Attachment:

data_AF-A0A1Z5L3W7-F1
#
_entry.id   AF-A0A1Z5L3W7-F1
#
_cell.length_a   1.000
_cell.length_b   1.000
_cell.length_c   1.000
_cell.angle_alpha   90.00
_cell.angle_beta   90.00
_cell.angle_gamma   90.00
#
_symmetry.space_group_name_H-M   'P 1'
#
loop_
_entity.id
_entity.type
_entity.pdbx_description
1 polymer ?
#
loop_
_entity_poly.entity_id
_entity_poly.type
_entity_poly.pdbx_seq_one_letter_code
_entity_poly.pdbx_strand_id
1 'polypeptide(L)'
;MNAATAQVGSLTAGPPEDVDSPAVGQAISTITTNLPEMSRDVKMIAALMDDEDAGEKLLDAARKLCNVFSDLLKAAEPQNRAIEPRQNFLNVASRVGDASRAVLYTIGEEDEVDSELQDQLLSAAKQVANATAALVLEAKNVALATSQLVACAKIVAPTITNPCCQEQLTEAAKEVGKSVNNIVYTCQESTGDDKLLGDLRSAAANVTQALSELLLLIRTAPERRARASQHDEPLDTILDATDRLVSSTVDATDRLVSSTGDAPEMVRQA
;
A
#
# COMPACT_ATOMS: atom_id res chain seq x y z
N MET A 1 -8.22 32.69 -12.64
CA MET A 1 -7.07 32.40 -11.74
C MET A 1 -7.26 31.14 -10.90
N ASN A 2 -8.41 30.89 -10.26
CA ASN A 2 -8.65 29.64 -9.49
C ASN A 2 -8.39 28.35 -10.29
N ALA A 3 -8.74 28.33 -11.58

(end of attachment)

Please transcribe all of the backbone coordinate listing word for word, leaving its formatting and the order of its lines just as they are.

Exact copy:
data_AF-A0A1Z5L3W7-F1
#
_entry.id   AF-A0A1Z5L3W7-F1
#
_cell.length_a   1.000
_cell.length_b   1.000
_cell.length_c   1.000
_cell.angle_alpha   90.00
_cell.angle_beta   90.00
_cell.angle_gamma   90.00
#
_symmetry.space_group_name_H-M   'P 1'
#
loop_
_entity.id
_entity.type
_entity.pdbx_description
1 polymer ?
#
loop_
_entity_poly.entity_id
_entity_poly.type
_entity_poly.pdbx_seq_one_letter_code
_entity_poly.pdbx_strand_id
1 'polypeptide(L)'
;MNAATAQVGSLTAGPPEDVDSPAVGQAISTITTNLPEMSRDVKMIAALMDDEDAGEKLLDAARKLCNVFSDLLKAAEPQNRAIEPRQNFLNVASRVGDASRAVLYTIGEEDEVDSELQDQLLSAAKQVANATAALVLEAKNVALATSQLVACAKIVAPTITNPCCQEQLTEAAKEVGKSVNNIVYTCQESTGDDKLLGDLRSAAANVTQALSELLLLIRTAPERRARASQHDEPLDTILDATDRLVSSTVDATDRLVSSTGDAPEMVRQA
;
A
#
# COMPACT_ATOMS: atom_id res chain seq x y z
N MET A 1 -8.22 32.69 -12.64
CA MET A 1 -7.07 32.40 -11.74
C MET A 1 -7.26 31.14 -10.90
N ASN A 2 -8.41 30.89 -10.26
CA ASN A 2 -8.65 29.64 -9.49
C ASN A 2 -8.39 28.35 -10.29
N ALA A 3 -8.74 28.33 -11.58